President Donald Trump, center, accompanied by first lady Melania Trump, right, and Dr. Igor Nichiporenko, left, speak to reporters while visiting with medical staff at Broward Health North in Pompano Beach, Fla., Friday, Feb. 16, 2018, following Wednesday's shooting at Marjory Stoneman Douglas High School, in Parkland, Fla. (AP Photo/Andrew Harnik)

President Donald Trump, center, accompanied by first lady Melania Trump, right, and Dr. Igor Nichiporenko, left, waves to reporters while visiting with medical staff at Broward Health North in Pompano Beach, Fla., Friday, Feb. 16, 2018, following Wednesday's shooting at Marjory Stoneman Douglas High School, in Parkland, Fla. (AP Photo/Andrew Harnik)

President Donald Trump, center, accompanied by and first lady Melania Trump, right, shakes hands with Dr. Igor Nichiporenko, left, while visiting with medical staff at Broward Health North in Pompano Beach, Fla., Friday, Feb. 16, 2018, following Wednesday's shooting at Marjory Stoneman Douglas High School, in Parkland, Fla. (AP Photo/Andrew Harnik)

People pay homage at 17 memorial crosses, for the 17 deceased students and faculty from the Wednesday shooting at Marjory Stoneman Douglas High School, in Parkland, Fla., Friday, Feb. 16, 2018. Nikolas Cruz, a former student, was charged with 17 counts of premeditated murder on Thursday. (AP Photo/Gerald Herbert)

People pay homage with flowers and candles for the 17 deceased students and faculty from the Wednesday shooting at Marjory Stoneman Douglas High School, in Parkland, Fla., Friday, Feb. 16, 2018. Nikolas Cruz, a former student, was charged with 17 counts of premeditated murder on Thursday. (AP Photo/Gerald Herbert)

People pay homage with flowers and candles for the 17 deceased students and faculty from the Wednesday shooting at Marjory Stoneman Douglas High School, in Parkland, Fla., Friday, Feb. 16, 2018. Nikolas Cruz, a former student, was charged with 17 counts of premeditated murder on Thursday. (AP Photo/Gerald Herbert)

By KELLI KENNEDY, CURT ANDERSON and TAMARA LUSH

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PARKLAND, Fla. — The FBI received a tip last month that the suspect in the Florida school shooting had a “desire to kill” and access to guns and could be plotting an attack, but agents failed to investigate, the agency said Friday. Florida Gov. Rick Scott called for the FBI’s director to resign because of the missteps.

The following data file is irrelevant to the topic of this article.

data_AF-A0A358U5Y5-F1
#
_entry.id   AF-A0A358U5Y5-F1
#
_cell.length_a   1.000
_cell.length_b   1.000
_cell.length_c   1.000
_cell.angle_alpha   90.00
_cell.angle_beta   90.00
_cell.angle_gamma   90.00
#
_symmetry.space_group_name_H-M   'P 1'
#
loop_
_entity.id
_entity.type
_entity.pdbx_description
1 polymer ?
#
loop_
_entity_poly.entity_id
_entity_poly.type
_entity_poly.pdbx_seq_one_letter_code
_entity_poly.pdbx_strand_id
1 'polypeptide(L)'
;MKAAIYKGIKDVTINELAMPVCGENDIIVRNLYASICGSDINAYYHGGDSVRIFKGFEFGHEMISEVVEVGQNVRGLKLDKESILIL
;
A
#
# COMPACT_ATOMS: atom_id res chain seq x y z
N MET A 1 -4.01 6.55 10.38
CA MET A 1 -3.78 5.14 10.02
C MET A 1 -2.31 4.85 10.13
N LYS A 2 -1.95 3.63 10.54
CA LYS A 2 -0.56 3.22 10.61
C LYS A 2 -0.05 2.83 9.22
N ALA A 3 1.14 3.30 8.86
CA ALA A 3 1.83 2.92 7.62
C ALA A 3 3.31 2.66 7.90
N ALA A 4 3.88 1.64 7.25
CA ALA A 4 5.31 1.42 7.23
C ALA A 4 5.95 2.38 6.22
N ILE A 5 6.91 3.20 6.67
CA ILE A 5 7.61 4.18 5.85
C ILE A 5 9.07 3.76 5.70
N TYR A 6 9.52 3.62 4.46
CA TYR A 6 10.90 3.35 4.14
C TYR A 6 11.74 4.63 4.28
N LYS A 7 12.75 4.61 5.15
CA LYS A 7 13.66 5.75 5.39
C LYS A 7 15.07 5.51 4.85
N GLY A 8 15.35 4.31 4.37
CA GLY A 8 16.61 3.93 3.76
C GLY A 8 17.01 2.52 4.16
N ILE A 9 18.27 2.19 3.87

Attorney General Jeff Sessions said the shooting that killed 17 people Wednesday was a “tragic consequence” of the FBI’s failure and ordered a review of the Justice Department’s processes. He said it’s now clear that the nation’s premier law enforcement agency missed warning signs.

In more evidence that there had been signs of trouble with the suspect, Broward County Sheriff Scott Israel said at a Friday news conference that his office had received more than 20 calls about Nikolas Cruz in the past few years.

A person close to Cruz called the FBI’s tip line on Jan. 5 and provided information about Cruz’s weapons and his erratic behavior, including his disturbing social media posts. The caller was concerned that Cruz could attack a school.

In a statement, the agency acknowledged that the tip should have been shared with the FBI’s Miami office and investigated, but it was not. The startling admission came as the agency was already facing criticism for its treatment of a tip about a YouTube comment posted last year. The comment posted by a “Nikolas Cruz” said, “Im going to be a professional school shooter.”

The FBI investigated the remark but did not determine who made it.

The 19-year-old Cruz has been charged with killing 17 people at Marjory Stoneman Douglas High School in Parkland, north of Miami.